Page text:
Norway ranks number one for gender equality, followed by a handful of other Scandinavian countries, according to the World Economic Forum’s Global Gender Gap Report 2008.
The report measures economic participation and opportunity, educational access, political empowerment and health/longevity.
The “Linköpinglivin'” blog writes that gender-equal policies do not always ensure similar attitudes in Sweden, which ranked third in the report and is generally seen as progressive.
Ireland improved its rating by one place (8th), but blogger “Conor Reidy” argues that the use of gender quotas is essentially undemocratic.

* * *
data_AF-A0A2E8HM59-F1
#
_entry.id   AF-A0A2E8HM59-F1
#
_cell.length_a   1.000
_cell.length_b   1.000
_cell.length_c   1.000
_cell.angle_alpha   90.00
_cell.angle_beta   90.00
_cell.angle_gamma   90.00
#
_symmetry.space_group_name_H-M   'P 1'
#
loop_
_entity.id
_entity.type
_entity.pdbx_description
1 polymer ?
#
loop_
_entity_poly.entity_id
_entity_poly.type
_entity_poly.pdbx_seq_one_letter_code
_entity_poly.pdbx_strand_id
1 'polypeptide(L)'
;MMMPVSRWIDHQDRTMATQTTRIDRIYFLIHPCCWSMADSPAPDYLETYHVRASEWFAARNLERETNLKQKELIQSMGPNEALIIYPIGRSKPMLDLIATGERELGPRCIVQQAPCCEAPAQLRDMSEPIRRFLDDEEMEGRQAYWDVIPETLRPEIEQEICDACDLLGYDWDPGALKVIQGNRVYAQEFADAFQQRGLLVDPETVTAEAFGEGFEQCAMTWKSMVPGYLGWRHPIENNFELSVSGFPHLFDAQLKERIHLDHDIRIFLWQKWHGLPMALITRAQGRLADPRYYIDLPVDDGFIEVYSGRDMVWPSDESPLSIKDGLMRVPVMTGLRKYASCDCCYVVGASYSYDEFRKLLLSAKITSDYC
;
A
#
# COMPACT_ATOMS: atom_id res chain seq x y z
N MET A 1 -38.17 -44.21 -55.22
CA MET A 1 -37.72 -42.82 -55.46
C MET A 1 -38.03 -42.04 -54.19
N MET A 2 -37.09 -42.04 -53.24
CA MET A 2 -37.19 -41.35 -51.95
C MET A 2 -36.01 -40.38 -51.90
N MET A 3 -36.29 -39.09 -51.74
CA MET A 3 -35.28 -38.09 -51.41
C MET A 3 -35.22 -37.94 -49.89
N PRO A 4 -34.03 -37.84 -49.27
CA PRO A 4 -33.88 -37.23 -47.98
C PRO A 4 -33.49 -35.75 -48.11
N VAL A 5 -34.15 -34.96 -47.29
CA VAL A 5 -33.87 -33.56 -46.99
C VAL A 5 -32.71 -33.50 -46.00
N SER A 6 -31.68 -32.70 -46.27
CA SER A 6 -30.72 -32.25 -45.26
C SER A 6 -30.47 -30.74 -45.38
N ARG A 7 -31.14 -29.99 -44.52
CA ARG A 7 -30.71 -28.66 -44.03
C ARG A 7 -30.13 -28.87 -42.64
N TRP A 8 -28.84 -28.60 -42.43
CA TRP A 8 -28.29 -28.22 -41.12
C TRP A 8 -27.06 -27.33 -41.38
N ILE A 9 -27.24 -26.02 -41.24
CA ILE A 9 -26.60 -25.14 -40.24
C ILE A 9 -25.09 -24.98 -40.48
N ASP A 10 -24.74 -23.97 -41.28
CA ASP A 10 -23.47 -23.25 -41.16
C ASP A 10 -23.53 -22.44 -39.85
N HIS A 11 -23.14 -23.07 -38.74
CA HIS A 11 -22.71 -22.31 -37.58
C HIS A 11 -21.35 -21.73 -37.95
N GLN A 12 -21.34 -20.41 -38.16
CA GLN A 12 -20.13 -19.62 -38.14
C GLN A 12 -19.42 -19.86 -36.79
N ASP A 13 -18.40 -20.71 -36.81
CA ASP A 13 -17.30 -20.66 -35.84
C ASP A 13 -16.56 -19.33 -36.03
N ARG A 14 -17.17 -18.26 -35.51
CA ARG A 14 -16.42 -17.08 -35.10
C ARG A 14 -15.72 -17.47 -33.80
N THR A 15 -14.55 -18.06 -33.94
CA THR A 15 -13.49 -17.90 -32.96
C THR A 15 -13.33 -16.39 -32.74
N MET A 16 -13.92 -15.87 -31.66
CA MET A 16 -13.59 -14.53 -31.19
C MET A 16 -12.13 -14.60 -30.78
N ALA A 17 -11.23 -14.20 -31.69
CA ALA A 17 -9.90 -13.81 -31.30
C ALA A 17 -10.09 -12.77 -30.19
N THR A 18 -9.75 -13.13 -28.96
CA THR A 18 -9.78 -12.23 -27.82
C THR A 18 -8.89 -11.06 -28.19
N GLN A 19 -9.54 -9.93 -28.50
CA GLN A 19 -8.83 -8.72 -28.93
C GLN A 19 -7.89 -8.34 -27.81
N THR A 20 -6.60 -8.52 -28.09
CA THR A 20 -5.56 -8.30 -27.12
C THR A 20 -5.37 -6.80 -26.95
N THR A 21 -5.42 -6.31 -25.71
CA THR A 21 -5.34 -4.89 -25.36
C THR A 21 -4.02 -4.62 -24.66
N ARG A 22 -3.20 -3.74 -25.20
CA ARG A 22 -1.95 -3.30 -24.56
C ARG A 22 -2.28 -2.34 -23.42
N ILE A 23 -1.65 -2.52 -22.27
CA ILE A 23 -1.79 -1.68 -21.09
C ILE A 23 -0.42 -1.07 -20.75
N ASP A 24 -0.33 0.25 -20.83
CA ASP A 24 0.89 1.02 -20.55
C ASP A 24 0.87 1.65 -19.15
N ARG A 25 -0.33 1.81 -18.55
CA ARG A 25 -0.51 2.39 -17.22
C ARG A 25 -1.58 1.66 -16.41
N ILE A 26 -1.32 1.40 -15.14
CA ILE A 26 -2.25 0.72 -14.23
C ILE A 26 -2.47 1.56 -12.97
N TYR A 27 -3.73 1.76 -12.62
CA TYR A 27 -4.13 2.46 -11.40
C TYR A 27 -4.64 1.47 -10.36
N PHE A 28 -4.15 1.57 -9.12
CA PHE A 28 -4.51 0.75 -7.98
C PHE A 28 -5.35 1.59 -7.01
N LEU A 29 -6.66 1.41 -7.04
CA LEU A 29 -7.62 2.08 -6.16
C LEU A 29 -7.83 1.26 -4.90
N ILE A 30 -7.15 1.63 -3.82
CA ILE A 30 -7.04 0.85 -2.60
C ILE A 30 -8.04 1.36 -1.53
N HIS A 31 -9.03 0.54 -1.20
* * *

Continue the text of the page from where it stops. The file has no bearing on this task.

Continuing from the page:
Yemen ranked last on the list, although a 10-year-old Yemenese girl recently won a “Woman of the Year” award for fighting to get a divorce from her abusive husband — possibly the first such divorce in the country.
Saudi Arabia, Chad and Pakistan also rounded out the bottom of the list.
Activists in Pakistan are currently outraged at the appointment of two “anti-women” politicians to cabinet positions. The two are accused of supporting honor killings.
The “Impudent Observer” blog writes that Benazir Bhutto — the first woman elected to head Pakistan and the victim of a 2007 assassination — would have opposed the selection.
The United States ranked 27th out of the 130 countries surveyed.